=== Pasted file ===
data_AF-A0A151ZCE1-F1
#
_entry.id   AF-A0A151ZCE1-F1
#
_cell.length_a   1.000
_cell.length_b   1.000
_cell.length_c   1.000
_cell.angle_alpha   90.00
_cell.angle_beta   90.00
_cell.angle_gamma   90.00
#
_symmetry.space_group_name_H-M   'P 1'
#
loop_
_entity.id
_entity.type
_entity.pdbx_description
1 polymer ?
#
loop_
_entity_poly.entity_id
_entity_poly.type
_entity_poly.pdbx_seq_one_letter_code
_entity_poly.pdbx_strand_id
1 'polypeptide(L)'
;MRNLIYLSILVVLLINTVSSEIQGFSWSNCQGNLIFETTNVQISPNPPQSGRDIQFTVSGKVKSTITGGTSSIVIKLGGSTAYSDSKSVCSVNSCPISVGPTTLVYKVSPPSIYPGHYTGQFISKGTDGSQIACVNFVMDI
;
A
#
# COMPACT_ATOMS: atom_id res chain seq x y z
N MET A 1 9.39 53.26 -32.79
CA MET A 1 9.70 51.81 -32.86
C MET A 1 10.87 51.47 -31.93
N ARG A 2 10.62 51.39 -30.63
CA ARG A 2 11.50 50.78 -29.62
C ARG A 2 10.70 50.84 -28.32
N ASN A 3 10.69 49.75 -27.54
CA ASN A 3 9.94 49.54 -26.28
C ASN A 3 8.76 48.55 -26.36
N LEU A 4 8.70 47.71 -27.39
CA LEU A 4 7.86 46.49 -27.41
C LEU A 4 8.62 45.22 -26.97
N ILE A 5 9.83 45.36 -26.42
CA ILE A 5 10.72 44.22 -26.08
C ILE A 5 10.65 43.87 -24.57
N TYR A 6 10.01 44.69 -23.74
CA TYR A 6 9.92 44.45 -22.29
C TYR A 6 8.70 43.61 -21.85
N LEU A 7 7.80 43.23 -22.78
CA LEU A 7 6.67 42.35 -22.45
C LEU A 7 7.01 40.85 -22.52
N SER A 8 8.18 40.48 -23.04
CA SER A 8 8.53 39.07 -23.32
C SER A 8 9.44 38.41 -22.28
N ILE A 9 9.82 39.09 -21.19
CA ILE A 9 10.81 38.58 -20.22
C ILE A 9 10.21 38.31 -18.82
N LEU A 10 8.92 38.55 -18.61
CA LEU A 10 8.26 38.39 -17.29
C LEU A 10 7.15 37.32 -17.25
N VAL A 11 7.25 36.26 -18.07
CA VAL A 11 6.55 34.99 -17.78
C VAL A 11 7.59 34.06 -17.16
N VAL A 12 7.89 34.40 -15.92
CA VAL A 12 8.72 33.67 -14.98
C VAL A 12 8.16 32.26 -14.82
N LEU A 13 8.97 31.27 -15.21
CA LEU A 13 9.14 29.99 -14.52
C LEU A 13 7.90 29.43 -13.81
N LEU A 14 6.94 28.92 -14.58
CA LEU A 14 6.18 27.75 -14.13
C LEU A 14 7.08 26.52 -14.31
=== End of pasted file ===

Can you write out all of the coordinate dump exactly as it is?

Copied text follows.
data_AF-A0A151ZCE1-F1
#
_entry.id   AF-A0A151ZCE1-F1
#
_cell.length_a   1.000
_cell.length_b   1.000
_cell.length_c   1.000
_cell.angle_alpha   90.00
_cell.angle_beta   90.00
_cell.angle_gamma   90.00
#
_symmetry.space_group_name_H-M   'P 1'
#
loop_
_entity.id
_entity.type
_entity.pdbx_description
1 polymer ?
#
loop_
_entity_poly.entity_id
_entity_poly.type
_entity_poly.pdbx_seq_one_letter_code
_entity_poly.pdbx_strand_id
1 'polypeptide(L)'
;MRNLIYLSILVVLLINTVSSEIQGFSWSNCQGNLIFETTNVQISPNPPQSGRDIQFTVSGKVKSTITGGTSSIVIKLGGSTAYSDSKSVCSVNSCPISVGPTTLVYKVSPPSIYPGHYTGQFISKGTDGSQIACVNFVMDI
;
A
#
# COMPACT_ATOMS: atom_id res chain seq x y z
N MET A 1 9.39 53.26 -32.79
CA MET A 1 9.70 51.81 -32.86
C MET A 1 10.87 51.47 -31.93
N ARG A 2 10.62 51.39 -30.63
CA ARG A 2 11.50 50.78 -29.62
C ARG A 2 10.70 50.84 -28.32
N ASN A 3 10.69 49.75 -27.54
CA ASN A 3 9.94 49.54 -26.28
C ASN A 3 8.76 48.55 -26.36
N LEU A 4 8.70 47.71 -27.39
CA LEU A 4 7.86 46.49 -27.41
C LEU A 4 8.62 45.22 -26.97
N ILE A 5 9.83 45.36 -26.42
CA ILE A 5 10.72 44.22 -26.08
C ILE A 5 10.65 43.87 -24.57
N TYR A 6 10.01 44.69 -23.74
CA TYR A 6 9.92 44.45 -22.29
C TYR A 6 8.70 43.61 -21.85
N LEU A 7 7.80 43.23 -22.78
CA LEU A 7 6.67 42.35 -22.45
C LEU A 7 7.01 40.85 -22.52
N SER A 8 8.18 40.48 -23.04
CA SER A 8 8.53 39.07 -23.32
C SER A 8 9.44 38.41 -22.28
N ILE A 9 9.82 39.09 -21.19
CA ILE A 9 10.81 38.58 -20.22
C ILE A 9 10.21 38.31 -18.82
N LEU A 10 8.92 38.55 -18.61
CA LEU A 10 8.26 38.39 -17.29
C LEU A 10 7.15 37.32 -17.25
N VAL A 11 7.25 36.26 -18.07
CA VAL A 11 6.55 34.99 -17.78
C VAL A 11 7.59 34.06 -17.16
N VAL A 12 7.89 34.40 -15.92
CA VAL A 12 8.72 33.67 -14.98
C VAL A 12 8.16 32.26 -14.82
N LEU A 13 8.97 31.27 -15.21
CA LEU A 13 9.14 29.99 -14.52
C LEU A 13 7.90 29.43 -13.81
N LEU A 14 6.94 28.92 -14.58
CA LEU A 14 6.18 27.75 -14.13
C LEU A 14 7.08 26.52 -14.31